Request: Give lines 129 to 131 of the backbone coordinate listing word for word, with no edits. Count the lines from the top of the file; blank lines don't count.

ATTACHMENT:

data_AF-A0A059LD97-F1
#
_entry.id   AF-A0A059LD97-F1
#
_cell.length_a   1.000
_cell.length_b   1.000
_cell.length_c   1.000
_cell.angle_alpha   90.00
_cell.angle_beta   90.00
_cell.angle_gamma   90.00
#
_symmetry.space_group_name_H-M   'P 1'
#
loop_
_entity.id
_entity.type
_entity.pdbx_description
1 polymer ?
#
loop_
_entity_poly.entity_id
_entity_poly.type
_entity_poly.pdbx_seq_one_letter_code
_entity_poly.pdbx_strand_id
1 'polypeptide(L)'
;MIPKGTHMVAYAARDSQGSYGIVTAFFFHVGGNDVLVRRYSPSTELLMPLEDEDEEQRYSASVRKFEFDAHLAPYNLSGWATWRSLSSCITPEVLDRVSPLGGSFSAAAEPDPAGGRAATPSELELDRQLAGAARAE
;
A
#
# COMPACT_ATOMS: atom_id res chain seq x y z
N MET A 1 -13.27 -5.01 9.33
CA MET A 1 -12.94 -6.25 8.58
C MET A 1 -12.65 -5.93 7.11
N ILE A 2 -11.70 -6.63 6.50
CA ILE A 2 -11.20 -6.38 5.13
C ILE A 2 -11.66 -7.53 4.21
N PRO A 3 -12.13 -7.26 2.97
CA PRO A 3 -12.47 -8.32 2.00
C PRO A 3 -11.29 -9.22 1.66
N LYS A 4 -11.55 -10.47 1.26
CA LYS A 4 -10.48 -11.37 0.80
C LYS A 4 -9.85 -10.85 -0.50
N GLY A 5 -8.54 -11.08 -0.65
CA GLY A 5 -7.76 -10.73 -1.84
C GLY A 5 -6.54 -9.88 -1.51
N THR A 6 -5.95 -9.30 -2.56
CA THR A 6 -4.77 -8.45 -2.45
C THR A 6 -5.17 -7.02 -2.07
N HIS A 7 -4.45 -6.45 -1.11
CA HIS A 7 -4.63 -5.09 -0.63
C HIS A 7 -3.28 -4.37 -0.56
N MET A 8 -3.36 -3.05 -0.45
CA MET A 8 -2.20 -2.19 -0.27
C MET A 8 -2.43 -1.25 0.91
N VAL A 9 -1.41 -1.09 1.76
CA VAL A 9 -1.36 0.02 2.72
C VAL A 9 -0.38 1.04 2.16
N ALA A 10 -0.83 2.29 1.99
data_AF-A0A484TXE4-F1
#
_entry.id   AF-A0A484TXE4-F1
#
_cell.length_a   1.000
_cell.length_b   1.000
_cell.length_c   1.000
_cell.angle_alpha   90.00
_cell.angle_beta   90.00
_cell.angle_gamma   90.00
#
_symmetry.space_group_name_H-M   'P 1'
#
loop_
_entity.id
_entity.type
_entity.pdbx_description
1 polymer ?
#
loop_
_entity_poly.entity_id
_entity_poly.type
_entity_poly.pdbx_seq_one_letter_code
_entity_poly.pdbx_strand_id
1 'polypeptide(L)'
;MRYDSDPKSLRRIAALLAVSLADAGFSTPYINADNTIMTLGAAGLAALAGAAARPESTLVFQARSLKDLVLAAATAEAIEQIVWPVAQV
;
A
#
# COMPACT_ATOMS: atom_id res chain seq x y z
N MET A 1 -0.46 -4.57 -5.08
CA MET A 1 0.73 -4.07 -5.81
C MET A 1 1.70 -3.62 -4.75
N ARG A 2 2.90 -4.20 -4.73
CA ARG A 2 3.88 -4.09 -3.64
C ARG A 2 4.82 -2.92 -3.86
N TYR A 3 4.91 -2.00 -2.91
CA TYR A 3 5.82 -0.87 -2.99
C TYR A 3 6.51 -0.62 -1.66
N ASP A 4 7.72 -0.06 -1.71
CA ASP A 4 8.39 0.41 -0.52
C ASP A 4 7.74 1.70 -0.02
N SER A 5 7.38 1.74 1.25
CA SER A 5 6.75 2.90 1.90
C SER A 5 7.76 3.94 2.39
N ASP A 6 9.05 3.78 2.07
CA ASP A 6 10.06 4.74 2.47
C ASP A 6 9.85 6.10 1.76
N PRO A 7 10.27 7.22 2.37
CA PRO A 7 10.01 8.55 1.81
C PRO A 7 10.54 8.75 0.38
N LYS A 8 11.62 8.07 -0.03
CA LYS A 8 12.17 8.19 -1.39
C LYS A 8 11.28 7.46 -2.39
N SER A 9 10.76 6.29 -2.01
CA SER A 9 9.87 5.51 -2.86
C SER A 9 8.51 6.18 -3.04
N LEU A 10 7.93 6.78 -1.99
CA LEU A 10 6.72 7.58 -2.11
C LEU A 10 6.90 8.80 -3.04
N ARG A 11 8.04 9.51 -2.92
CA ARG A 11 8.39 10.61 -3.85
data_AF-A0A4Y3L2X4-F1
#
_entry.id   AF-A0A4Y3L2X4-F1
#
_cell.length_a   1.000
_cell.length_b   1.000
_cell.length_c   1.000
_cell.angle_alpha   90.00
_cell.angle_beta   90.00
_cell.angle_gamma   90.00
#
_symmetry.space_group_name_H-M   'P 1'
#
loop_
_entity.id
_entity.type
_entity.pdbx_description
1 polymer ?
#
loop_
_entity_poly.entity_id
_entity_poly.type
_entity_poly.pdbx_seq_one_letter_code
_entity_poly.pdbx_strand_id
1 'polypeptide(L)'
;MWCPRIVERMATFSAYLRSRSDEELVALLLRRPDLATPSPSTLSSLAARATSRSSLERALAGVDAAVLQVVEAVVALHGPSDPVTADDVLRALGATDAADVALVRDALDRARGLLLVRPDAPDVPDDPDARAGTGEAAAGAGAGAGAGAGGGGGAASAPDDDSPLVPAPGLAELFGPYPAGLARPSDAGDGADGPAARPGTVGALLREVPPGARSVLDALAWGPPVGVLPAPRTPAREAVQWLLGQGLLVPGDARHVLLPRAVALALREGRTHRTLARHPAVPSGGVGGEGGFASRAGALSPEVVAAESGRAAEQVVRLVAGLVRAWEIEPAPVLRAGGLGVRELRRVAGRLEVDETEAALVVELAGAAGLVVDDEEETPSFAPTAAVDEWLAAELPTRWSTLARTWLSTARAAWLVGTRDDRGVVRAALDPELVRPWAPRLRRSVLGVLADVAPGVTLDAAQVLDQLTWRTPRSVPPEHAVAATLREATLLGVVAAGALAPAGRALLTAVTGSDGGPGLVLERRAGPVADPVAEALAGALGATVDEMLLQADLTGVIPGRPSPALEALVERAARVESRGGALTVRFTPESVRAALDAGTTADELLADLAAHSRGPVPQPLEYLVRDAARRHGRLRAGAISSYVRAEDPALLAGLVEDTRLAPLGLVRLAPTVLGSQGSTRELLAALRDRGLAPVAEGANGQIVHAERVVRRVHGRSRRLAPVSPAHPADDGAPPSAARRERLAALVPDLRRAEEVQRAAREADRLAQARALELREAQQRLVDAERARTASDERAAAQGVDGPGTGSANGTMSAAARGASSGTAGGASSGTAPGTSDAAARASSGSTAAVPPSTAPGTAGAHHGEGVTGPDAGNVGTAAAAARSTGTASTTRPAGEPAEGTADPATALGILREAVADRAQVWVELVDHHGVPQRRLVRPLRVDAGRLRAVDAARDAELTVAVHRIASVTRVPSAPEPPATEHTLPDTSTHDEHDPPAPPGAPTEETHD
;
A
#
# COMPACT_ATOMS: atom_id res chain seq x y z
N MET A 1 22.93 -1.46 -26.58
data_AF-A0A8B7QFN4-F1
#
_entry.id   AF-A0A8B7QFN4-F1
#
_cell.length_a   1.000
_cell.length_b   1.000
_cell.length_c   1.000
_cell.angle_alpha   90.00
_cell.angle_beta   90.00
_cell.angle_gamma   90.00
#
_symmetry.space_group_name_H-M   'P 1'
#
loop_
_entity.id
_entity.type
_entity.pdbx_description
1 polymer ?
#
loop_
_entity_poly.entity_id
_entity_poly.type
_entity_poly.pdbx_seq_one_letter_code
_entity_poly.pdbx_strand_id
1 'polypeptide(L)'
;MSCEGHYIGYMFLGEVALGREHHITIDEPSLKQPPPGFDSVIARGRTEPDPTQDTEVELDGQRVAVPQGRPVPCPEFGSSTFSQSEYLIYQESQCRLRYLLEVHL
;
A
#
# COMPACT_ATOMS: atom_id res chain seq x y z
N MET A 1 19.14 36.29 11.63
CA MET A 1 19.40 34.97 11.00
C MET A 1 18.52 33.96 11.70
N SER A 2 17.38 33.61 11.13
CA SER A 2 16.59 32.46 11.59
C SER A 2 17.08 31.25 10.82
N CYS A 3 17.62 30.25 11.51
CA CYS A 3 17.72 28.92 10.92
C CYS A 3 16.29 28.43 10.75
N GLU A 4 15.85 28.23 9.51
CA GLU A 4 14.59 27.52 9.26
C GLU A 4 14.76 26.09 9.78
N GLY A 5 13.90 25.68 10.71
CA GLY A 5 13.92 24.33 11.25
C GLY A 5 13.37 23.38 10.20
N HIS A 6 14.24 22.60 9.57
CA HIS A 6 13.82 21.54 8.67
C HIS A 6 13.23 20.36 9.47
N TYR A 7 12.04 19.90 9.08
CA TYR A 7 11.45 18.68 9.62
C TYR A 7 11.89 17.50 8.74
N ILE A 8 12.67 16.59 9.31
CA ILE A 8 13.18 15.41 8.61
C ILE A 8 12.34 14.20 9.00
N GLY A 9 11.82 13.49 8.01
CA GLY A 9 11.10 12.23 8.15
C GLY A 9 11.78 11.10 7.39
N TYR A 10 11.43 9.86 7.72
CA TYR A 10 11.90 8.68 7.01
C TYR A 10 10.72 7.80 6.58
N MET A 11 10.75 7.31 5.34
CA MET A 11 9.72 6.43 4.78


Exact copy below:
_cell.angle_beta   90.00
_cell.angle_gamma   90.00
#